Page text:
which provides the lower bound accuracy limit of the Eq. (29). Finally, to prove that Eq. (29) results in practical beamwidth values for conference room environments, from Eq. (30) and (33), beamwidth is given in the support range of which can be achieved at the broadside using antenna elements.

Plugging the given standard deviation for conference room environments [16] , Eq. (25), (28) and (29) becomes


Due to the similar discussion made in Sec. V-B, we just give the RT-ICM counterpart expressions here. With notation changes, received power equation becomes


The maximum received power for the RT-ICM is


Exact equation for the practical -percentile beamwidth, , for the RT-ICM,


and its approximation for ,

TABLE I: Asymptotic Analysis of and Performance Comparison of 802.11ad and RT-ICM

Table I shows a case study with a cluster in a typical indoor environment. The total power, in dBm is calculated via RT-ICM to be . Scan angle is, and SAS is . Corresponding Gaussian fitting parameters for RT-ICM are and (or ). Then, from Eq. (31) and (35), and converting to dBm, and both in dBm. In Table I, we calculate and numerically using Eq. (32) and (36), respectively. Associated required number of elements to create the beamwidths, and are computed using Eq. (9). While infinite number of antenna elements are required to achieve asymptotic values of the received power, Table I shows that high percentile powers can be obtained via practical values of . On the other hand, it can be seen that for , in spite of the beamwidth difference between 802.11ad and RT-ICM is subtle, the difference in the required number of elements is increasing significantly. That proves that the hardware complexity to achieve optimum beamwidth value is directly related (and sensitive) to the correct estimation of the cluster parameters such as angle spread.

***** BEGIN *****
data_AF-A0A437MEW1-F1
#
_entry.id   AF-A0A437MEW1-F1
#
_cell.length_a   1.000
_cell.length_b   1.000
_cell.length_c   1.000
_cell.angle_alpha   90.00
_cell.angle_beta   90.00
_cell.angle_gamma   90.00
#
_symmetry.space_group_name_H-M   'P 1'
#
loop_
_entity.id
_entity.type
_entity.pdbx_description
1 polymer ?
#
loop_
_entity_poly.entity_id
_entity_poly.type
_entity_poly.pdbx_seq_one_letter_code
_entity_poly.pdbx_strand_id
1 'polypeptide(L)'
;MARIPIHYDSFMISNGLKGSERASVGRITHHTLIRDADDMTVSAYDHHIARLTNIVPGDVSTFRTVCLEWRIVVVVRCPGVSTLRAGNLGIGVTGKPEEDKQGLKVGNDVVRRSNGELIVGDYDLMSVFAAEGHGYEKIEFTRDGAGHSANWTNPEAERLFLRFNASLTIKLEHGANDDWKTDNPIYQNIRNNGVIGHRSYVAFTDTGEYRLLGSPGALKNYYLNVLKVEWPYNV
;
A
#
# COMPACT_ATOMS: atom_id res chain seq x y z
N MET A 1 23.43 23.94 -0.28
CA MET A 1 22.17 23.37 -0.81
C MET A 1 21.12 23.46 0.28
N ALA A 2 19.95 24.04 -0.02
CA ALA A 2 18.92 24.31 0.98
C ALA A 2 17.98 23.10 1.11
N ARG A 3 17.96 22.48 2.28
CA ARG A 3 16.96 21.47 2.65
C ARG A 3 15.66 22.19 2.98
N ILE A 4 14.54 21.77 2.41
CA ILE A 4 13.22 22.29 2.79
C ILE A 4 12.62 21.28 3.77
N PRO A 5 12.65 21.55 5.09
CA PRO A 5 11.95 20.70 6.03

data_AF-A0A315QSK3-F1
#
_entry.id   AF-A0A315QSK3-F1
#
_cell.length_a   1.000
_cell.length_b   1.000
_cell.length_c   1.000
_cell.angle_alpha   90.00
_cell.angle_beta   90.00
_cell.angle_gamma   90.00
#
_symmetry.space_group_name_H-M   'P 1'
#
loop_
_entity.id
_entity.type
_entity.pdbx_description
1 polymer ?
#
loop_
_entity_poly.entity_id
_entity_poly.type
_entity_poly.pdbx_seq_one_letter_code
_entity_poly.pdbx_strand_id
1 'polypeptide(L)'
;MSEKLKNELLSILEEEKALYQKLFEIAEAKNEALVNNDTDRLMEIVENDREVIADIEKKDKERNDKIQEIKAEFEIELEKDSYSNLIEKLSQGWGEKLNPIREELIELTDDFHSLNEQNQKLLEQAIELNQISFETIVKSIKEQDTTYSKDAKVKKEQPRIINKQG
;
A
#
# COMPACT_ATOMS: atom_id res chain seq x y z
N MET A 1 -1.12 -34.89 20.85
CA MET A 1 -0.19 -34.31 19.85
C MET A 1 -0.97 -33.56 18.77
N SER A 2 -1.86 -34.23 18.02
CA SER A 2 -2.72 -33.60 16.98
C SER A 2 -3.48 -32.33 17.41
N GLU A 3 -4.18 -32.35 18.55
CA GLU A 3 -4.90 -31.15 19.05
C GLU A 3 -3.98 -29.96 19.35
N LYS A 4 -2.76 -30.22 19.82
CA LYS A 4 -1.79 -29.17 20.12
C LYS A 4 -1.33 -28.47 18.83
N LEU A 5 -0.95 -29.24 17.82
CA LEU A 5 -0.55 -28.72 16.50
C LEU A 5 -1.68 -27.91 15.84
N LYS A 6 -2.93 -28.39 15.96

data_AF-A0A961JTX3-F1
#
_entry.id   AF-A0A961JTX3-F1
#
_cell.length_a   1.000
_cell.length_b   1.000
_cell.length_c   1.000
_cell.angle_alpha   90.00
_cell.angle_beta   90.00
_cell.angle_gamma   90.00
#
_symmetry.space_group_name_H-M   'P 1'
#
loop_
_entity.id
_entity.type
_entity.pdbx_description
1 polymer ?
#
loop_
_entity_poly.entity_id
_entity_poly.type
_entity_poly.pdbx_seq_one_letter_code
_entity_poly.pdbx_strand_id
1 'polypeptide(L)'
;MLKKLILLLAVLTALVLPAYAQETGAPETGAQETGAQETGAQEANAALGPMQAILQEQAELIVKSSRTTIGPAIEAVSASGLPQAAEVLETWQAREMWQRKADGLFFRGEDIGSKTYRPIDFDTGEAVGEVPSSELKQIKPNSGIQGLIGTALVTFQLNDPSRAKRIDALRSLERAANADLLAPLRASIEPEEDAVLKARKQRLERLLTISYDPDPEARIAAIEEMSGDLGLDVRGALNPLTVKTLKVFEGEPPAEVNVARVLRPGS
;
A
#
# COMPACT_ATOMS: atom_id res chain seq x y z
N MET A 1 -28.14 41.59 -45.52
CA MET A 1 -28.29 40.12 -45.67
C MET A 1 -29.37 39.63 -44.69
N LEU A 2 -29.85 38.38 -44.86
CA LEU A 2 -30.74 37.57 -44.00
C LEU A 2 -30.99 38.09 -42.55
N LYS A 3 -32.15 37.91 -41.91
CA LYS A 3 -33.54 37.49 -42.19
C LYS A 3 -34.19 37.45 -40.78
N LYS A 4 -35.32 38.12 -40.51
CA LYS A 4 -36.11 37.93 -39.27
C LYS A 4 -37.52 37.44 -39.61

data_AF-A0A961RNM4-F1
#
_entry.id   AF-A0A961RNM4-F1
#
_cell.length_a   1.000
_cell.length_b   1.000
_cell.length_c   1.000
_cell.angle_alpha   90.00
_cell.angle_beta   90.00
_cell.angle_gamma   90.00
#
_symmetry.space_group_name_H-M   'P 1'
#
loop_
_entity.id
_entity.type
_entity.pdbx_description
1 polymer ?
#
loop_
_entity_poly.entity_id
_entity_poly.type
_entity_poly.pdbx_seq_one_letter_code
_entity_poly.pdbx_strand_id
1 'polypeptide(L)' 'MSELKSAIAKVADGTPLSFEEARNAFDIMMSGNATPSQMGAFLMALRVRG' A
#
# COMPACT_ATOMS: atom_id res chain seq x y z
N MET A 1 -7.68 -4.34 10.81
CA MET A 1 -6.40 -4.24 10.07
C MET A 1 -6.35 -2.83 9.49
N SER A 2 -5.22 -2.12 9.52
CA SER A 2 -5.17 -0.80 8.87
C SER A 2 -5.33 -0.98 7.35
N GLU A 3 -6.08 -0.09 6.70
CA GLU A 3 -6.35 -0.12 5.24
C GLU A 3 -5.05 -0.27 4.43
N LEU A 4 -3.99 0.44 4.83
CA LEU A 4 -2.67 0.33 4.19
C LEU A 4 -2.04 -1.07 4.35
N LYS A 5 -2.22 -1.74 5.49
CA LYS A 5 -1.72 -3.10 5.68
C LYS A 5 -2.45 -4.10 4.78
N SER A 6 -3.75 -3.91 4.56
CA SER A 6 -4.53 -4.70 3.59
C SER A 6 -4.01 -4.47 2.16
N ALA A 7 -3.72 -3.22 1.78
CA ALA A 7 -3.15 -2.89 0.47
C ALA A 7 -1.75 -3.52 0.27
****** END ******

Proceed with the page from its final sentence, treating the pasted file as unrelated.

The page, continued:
V-D Triangular Beam Model

Throughout the paper, we used the rectangular beam model given in Eq. (6) so far for all the analysis. In this section, we update the main equations for triangular beam model given in Eq. (7) and provide the difference with respect to the rectangular beam model.

Remark 3

Following statements are true for both perfect and imperfect alignments: (1) doesn’t depend on the main lobe beam model. (2) The difference in maximum achievable power is dB.

Starting from the perfect alignment, Eq. (11) is calculated as following:


Plugging into Eq. (12), skipping intermediate steps, received power is obtained as


Note that the first term is the for the rectangular beam model given in Eq. (24) which is maximum at . On the other hand, the second term is always positive and minimized at . This proves that the is at . Taking the limit while , theoretical maximum power with the triangular model is